"I thank my God I am not only ready to be bound and banished, but even to die in this cause by His strength. Yea, my brethren, I greatly long in regard of myself to be dissolved, and to live in and his angels; with Adam, Enoch, Noah, Abrathe blessed kingdom of Heaven with Jesus Christ ham, Moses, Job, David, Jeremiah, Daniel, Paul the great Apostle of the Gentiles; and with the rest of the holy saints, both men and women, with the glorious kings, prophets, and martyrs of Jesus Christ that have been from the beginning of the world; particularly with my two dear brethren, wood, which have, last of all, yielded their blood Master Henry Barrowe and Master John Greenfor this precious testimony."

On the 21st of May, Penry received sentence of death. In a "Protestation," which he addressed on the following day to Lord Burghley, he declares his innocence of all charges brought against him of disaffection to Her Majesty, whose faithful subject he always had

been and should continue.


"I am a poor young man," he says, born and bred in the mountains of Wales. I am the first, since the last springing up of the gospel in this latter age, that laboured to have the blessed seed thereof sown in those barren mountains. I have often rejoiced before God, as He knoweth, that I had the favour to be born and live under Her Majesty, for the promoting of this work. In the earnest desire I had to see the Gospel in my native country, and the contrary corruptions removed, I might well, as I confess in my published writings, with Hegetorides the Thracian, forget mine own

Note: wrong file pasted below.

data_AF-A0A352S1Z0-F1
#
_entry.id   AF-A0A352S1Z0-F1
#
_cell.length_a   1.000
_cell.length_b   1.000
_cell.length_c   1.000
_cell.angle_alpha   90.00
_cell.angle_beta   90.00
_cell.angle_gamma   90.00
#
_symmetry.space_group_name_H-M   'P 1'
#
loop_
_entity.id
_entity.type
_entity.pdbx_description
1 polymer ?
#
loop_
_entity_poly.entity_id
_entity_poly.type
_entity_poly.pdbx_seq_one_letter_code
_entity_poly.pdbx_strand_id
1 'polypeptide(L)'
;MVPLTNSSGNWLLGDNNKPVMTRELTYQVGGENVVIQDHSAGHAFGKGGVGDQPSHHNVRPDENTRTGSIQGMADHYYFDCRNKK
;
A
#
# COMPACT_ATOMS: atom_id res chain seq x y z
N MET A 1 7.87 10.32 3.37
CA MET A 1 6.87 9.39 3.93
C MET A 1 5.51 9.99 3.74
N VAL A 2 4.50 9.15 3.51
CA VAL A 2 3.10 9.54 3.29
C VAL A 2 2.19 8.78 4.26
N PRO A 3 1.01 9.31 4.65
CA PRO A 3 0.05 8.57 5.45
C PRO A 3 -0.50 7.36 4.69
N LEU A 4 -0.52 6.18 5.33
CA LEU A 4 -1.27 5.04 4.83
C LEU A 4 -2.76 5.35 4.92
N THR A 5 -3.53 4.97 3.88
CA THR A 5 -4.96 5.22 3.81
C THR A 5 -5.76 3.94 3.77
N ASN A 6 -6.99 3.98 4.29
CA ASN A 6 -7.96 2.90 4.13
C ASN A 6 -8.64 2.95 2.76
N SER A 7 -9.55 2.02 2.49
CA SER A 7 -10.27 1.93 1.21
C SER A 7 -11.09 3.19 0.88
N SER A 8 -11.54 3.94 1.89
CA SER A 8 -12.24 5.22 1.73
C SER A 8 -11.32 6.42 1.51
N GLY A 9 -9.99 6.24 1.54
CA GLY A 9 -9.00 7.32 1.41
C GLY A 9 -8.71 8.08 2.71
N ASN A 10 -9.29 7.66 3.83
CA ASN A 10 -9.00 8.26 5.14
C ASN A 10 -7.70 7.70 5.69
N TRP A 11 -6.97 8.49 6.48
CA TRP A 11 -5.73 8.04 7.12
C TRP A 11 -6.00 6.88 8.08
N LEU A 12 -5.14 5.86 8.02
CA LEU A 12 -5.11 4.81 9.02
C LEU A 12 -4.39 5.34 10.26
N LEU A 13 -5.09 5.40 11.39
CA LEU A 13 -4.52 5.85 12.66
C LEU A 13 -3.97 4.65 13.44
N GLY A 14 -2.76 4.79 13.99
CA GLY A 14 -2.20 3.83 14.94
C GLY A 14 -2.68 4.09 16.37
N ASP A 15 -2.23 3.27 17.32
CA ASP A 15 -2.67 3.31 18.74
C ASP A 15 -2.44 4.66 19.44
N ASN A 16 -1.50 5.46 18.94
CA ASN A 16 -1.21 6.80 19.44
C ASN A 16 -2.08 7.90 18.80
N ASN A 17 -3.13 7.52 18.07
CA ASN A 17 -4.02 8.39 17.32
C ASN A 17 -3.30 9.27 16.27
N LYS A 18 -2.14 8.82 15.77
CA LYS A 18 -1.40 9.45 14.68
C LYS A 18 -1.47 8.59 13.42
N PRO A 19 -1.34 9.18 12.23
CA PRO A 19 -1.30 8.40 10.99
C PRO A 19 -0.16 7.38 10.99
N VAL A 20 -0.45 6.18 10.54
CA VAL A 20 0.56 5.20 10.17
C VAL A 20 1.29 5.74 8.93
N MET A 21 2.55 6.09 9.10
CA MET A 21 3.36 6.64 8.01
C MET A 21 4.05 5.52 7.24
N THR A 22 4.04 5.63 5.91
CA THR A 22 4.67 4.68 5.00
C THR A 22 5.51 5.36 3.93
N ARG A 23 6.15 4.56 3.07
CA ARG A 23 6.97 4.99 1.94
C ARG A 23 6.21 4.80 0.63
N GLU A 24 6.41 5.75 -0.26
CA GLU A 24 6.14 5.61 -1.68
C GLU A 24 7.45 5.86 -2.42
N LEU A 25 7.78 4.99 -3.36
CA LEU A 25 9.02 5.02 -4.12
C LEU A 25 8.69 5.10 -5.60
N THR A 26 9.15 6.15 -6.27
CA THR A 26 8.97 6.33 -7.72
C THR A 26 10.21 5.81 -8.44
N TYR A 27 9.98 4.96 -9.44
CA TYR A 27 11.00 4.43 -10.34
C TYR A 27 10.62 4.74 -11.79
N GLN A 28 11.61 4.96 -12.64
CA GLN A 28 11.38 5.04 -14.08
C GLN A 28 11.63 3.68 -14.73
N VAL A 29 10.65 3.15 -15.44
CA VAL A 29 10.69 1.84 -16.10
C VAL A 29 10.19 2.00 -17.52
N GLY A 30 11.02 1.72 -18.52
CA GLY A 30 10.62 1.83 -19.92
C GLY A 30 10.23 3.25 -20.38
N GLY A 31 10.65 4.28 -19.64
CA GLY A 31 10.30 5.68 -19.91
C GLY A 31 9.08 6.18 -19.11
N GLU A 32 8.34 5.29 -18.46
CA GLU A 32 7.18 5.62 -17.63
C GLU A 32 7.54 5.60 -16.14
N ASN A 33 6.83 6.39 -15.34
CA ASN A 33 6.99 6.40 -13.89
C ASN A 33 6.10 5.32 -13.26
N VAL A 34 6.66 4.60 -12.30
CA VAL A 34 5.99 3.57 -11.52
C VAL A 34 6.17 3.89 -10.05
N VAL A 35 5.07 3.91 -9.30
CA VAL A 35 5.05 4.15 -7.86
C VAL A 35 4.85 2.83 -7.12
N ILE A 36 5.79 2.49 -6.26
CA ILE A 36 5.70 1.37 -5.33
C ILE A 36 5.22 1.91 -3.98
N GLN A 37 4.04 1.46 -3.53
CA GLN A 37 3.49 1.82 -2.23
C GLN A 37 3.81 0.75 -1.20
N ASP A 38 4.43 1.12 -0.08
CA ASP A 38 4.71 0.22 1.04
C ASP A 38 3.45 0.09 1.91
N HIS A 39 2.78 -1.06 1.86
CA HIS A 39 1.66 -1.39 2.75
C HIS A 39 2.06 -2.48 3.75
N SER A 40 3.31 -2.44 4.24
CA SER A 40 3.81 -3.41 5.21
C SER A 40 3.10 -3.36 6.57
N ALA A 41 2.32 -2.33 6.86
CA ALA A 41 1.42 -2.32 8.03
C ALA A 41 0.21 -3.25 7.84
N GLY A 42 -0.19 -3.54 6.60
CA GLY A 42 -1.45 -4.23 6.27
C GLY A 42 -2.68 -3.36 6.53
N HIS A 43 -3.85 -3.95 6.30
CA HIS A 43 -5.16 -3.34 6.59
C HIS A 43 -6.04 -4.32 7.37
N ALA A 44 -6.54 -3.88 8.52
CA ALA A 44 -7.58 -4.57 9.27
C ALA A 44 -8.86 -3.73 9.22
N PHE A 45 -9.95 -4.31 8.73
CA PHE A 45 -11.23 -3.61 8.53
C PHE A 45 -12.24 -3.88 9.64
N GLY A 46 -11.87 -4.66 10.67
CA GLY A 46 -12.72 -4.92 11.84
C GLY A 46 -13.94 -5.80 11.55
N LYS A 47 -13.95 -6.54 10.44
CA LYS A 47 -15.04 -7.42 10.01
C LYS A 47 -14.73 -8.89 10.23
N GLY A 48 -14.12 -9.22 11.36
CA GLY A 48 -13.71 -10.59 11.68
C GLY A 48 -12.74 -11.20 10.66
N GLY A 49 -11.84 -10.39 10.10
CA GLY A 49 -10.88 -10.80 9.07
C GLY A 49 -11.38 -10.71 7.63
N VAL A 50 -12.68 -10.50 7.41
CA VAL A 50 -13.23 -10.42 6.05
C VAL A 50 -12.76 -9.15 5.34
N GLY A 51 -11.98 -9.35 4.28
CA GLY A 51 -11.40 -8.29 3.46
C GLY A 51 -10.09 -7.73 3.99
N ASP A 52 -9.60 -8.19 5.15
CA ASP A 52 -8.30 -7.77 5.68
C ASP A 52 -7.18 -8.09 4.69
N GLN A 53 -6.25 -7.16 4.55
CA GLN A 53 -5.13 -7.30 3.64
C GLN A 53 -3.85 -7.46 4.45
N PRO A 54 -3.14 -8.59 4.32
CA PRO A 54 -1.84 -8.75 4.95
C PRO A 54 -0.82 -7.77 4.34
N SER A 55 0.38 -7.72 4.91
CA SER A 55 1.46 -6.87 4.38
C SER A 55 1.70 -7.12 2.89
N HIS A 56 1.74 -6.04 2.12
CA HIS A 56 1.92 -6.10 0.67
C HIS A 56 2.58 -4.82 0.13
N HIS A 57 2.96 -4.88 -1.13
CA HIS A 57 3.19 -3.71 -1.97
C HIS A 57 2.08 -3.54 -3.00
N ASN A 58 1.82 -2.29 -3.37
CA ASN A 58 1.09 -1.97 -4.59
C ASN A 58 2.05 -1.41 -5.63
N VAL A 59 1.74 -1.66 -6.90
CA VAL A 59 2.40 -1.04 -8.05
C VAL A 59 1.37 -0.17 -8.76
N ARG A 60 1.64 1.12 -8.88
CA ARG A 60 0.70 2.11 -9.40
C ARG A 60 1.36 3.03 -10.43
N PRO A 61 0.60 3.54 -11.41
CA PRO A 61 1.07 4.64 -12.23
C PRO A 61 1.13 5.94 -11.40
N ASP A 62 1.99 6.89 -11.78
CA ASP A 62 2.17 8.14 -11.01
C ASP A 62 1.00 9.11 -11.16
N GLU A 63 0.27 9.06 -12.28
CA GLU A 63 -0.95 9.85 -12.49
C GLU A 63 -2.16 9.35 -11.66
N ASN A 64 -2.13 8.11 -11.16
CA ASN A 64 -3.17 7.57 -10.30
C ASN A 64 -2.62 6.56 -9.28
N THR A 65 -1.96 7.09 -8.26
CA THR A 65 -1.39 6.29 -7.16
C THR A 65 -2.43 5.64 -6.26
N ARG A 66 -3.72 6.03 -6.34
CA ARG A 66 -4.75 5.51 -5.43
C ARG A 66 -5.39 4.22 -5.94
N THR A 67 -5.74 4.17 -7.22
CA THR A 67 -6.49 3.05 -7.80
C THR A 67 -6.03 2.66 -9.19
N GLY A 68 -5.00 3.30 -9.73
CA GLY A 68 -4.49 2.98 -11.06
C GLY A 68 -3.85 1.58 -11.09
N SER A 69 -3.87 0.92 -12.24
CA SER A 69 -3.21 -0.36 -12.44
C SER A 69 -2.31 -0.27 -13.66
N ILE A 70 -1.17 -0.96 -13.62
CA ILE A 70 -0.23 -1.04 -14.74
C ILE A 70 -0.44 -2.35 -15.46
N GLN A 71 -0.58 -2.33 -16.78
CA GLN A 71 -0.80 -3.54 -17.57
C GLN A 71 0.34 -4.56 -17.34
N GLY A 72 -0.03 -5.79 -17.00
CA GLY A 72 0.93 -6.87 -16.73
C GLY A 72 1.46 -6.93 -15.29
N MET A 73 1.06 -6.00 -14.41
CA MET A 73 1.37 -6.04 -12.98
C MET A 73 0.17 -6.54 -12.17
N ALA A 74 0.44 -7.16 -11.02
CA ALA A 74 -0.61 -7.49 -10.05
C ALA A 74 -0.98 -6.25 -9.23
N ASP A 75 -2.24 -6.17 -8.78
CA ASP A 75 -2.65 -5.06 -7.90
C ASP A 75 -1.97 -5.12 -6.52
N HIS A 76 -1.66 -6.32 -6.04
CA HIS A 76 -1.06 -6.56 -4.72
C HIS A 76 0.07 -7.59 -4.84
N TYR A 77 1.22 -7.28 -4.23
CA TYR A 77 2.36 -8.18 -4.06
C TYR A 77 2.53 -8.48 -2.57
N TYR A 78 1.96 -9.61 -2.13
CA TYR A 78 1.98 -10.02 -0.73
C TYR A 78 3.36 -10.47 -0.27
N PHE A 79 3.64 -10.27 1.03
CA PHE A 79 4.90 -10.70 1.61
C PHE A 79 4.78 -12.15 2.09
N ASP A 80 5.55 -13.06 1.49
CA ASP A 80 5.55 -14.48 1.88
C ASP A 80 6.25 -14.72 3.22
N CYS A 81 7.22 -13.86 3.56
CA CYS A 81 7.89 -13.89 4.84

danger, but my loyalty to my prince did I never forget; and being now to end my days before I am come to the one-half of my years in the likely course of nature, I leave the success of my labours unto such of my countrymen as the Lord is to raise after me for the accomplishing of that work which, in the calling of my country unto the knowledge of Christ's blessed Gospel, I began... ... Far be it that either the saving of an earthly life, the regard in nature I ought to have to the desolate outward state of a poor friendless widow and four poor fatherless infants, whereof the eldest is not above four years old, which I am to leave behind me, or any other outward thing, should enforce me, by the denial of God's truth, contrary to my conscience, to lose mine own soul: the Lord, I trust, will never give me over unto this sin. Great things in this life I never sought for, not so much as in thought. A mean and bare outward state according to my mean condition, I was content with. Sufficiency I have had, with great outward troubles; but most contented I was with my lot, and content I am and shall be with my undeserved and untimely death; beseeching the Lord that it be not laid to the charge of any creature in this land; for I do, from my heart, forgive all those that seek my life, as I desire to be forgiven in that day of strict account; praying for them as for my own soul, that, although upon earth we cannot accord, we may yet meet in heaven, unto our eternal comfort and unity, where all controversies shall be at an end. And if my death can procure any quietness to the Church of God, or to the State, I shall rejoice. I know not to what better use it could be employed if it were reserved. And therefore in this cause I desire not to spare the same. Thus have I lived towards the Lord and my prince, and thus I mean to die, by His grace. Many such subjects I wish unto my prince, though no such reward to any of them. My only request being also as earnest as possibly I can utter the same unto all those, both honourable and worshipful, unto whose hands this my last testimony may come, is that Her Majesty may be acquainted herewith before my death, if it may be, or at least before my departure."